Many Commiserations On Your Unqualified Success
August 27, 2015
by Martin Odoni
I would just like to express my admiration and heartfelt condolences to Mike Sivier over on the Vox Political blog. After a very long, arduous and hair-tearing battle against the delaying tactics of the Department of Work & Pensions, to get the real numbers of deaths of people claiming incapacity benefits, today he won, as the figures were revealed to the world. It genuinely is a great achievement, managing to force one of the most stubborn, secretive and underhand departments in all of the British Government to give way. But has there ever been a more heartbreaking boon at the end of such a long and gruelling journey?
What the statistics today revealed is that, near-enough, ninety-two thousand people claiming Incapacity Benefits died in the space of a little over two years leading up to February 2014. Across the three years from January 2011 to February 2014, the overall death-rate was about ninety-nine per day. But it was just thirty-two per day in the first year. Overall, the acceleration in the two subsequent years means an increased death-rate of two hundred per cent. That is only people claiming Incapacity Benefits, please note, not people who had been on benefits of any other description; we are yet to learn how many of them have died of impoverishment by other means. Even more alarming is that over four thousand have died within just six weeks of being classified as ‘fit-to-work’, making a very bleak joke of the Work-Capability Assessments. (Four thousand, please note, is roughly the number of Britons who died at the Battle Of Marston Moor, and as that battle is always presented as one of the most important chapters in our nation’s history, it seems reasonable to suggest that today’s discoveries should be treated with similar gravity.)
Arguments could be made – indeed have been made – that the deaths cannot be reliably confirmed as caused by the DWP’s policies, as the cause-of-death in each case has not been recorded. But the astonishing rate-of-acceleration among the deaths since 2011 leaves little room for doubt; DWP policies, as they have kicked in, have clearly had a very substantial impact, and one for the worse. If the acceleration were caused by something else, for instance the recession, why did the death-rate not start accelerating a couple of years earlier, and why has it not slowed down again over the two years since the so-called ‘economic recovery‘ began?
The figures, in the end, are only numbers and so I suspect many people will take a while to grasp their full significance. Trying to imagine ninety-two thousand faces, and trying to assign a name to each one, is perhaps the only way of turning a number into humanity. But for over ninety thousand people? That would take a very long time. That is the point.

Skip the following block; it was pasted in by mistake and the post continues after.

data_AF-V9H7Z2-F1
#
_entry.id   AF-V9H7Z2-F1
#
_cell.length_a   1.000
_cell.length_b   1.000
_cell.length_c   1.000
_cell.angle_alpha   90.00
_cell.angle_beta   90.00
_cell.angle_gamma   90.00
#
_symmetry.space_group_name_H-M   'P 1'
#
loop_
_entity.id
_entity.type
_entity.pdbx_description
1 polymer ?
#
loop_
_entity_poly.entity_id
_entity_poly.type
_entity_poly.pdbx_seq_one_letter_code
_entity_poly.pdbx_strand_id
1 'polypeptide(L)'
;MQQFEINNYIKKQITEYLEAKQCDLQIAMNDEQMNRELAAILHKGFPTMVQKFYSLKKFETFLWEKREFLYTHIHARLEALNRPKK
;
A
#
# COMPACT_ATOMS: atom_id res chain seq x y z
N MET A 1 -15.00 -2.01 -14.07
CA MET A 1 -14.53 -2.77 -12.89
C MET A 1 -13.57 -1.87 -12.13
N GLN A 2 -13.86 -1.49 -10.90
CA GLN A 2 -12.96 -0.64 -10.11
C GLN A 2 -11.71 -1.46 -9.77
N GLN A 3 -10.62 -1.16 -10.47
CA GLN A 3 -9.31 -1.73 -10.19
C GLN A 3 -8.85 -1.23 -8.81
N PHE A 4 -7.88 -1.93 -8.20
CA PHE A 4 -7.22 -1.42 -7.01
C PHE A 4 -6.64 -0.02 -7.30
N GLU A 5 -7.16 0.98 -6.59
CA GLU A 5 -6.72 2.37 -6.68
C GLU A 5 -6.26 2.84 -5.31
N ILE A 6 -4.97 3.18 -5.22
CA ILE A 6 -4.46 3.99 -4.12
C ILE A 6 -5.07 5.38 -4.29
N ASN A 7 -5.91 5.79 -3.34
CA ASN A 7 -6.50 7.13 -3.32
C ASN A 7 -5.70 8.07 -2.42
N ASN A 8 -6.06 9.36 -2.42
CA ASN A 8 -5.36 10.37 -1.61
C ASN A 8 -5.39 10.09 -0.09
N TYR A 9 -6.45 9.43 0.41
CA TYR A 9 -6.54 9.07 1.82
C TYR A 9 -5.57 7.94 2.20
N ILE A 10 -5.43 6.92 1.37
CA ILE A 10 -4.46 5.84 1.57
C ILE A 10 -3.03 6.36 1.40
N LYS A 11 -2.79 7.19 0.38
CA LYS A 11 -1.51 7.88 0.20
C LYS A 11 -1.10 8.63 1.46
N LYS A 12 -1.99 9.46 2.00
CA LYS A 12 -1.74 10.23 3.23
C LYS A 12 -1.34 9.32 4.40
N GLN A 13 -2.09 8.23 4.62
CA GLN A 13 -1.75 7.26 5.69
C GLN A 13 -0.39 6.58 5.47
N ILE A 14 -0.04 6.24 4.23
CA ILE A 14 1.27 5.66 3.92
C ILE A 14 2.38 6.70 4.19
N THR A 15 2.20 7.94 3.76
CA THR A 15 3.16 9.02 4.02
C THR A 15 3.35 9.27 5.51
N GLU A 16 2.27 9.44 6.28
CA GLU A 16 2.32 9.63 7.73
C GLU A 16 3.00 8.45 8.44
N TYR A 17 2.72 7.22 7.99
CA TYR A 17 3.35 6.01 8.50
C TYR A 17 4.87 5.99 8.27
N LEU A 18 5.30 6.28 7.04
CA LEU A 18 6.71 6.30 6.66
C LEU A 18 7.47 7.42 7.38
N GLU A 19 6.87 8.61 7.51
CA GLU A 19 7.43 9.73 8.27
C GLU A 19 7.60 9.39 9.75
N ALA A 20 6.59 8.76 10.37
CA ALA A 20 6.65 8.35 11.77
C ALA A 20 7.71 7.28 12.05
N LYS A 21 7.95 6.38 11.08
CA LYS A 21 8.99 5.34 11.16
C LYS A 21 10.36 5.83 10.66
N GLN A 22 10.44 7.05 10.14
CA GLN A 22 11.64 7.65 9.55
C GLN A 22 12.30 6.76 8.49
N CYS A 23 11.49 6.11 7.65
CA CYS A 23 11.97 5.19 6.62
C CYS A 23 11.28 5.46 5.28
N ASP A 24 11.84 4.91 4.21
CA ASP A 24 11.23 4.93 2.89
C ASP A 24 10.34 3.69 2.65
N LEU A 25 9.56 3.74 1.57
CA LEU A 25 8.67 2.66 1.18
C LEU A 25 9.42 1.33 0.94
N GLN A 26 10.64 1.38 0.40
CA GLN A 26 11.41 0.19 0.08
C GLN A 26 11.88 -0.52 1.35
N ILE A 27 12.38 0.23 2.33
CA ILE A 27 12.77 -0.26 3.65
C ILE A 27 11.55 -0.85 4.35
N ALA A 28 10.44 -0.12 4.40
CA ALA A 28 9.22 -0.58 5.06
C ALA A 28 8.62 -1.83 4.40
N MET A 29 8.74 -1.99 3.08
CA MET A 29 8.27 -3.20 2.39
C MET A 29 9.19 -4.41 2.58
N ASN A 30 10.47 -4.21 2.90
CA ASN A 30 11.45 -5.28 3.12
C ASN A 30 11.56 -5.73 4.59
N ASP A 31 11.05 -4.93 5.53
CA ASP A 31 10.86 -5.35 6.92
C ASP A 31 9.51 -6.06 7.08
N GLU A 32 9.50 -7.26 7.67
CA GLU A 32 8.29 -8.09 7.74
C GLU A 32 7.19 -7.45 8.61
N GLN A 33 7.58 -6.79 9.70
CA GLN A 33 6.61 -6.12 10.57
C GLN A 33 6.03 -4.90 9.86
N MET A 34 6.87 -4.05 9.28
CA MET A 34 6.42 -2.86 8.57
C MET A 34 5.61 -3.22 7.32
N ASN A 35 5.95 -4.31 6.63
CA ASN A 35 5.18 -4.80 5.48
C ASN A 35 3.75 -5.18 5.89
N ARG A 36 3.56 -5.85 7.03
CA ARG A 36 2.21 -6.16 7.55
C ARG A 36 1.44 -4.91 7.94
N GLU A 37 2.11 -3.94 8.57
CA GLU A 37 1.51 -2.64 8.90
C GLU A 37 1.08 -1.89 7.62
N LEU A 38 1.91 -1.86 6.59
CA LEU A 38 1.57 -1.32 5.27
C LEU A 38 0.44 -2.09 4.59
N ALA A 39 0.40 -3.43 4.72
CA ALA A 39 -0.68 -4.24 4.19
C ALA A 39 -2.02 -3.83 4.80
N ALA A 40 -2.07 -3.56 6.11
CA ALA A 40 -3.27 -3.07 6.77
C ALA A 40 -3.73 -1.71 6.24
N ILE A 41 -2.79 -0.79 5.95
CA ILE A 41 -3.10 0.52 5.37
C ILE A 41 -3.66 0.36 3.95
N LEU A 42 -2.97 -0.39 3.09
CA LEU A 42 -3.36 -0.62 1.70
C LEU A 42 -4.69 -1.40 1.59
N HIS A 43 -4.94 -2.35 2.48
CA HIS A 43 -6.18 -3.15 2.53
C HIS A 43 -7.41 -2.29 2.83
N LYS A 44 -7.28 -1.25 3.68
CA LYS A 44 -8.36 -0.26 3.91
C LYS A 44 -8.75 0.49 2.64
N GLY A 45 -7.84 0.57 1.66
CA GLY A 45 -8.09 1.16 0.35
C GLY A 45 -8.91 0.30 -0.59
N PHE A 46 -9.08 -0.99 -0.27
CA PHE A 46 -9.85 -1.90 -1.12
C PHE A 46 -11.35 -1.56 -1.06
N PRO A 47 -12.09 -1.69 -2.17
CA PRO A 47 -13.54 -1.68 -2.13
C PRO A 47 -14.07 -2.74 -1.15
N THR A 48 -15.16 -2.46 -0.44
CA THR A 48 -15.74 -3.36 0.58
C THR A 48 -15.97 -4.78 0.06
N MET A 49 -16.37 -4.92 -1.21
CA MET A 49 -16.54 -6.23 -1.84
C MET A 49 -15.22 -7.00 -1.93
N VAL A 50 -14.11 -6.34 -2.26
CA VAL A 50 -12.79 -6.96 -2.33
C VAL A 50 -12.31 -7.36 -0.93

So often in recent times, when challenged on the heartless cruelty of his Sanctions Regime, the Work & Pensions Secretary, Iain Duncan-Smith, has offered only pseudo-religious platitudes of, “I am doing what I believe to be right” or some variation. How can this possibly be ‘right’? How can he possibly carry on insisting that he is doing people good when thousands of them are literally dying as a direct result of his malevolence?
Duncan-Smith’s conduct towards the unemployed and the disabled while he has been in office has often been described as ‘bullying‘, but is that really an adequate word? He is not just reducing people to tears, he is not just imposing his will on them in an unfair and intimidating way, he is not just making them feel small. He is killing them, he knows that is the consequence of his deeds, and he carries on doing them, usually looking for more and more people to victimise by cutting away more and more lifelines. That is not bullying, it is not even persecution, it is a blood-vendetta.
It says a lot about Duncan-Smith’s priorities, and those of many in the wider public, that the rapidly-increasing rate of deaths among Britain’s most vulnerable people is likely to be seen in many quarters as a ‘price-worth-paying’, in the fight against ‘sponging’. Even if benefit fraud were really as prevalent as many imagine – in reality it is less than one per cent of the bill and has been around that level for a very long time – is culling people really ‘better’ than wasting money? Never mind that it is a false economy anyway as no net money is being saved as a result of all this, but how sick must our culture be when it has come to believe equations like that?
What Iain Duncan-Smith has done is preside over a completely pointless and utterly avoidable humanitarian disaster in one of the richest countries in the world, and then imagined he could keep such a disaster neatly brushed under the carpet. So while I congratulate Mike on lifting that carpet enough to reveal what we had all feared lay beneath it, I commiserate him on what it has taught us. If ever there were a victory to despair at, it is this one. However necessary it is to reveal ugly truths, that does not mean we have to enjoy them. Instead, they should be seen with the disgust that motivates us to correct them.
EDIT 28-8-2015: Correction – the number of people who died after being categorised as ‘fit-to-work’ is two thousand six hundred-and-fifty. The four thousand figure is taken from several media sources who counted a number of the claimants twice due to a misunderstanding of two groups of statistics. The real figure is substantially fewer, thankfully, but still terrifyingly high, and while it does not rival the death-toll at Marston Moor after all, it is still high enough for the Battle Of Bosworth Field nearly three times over.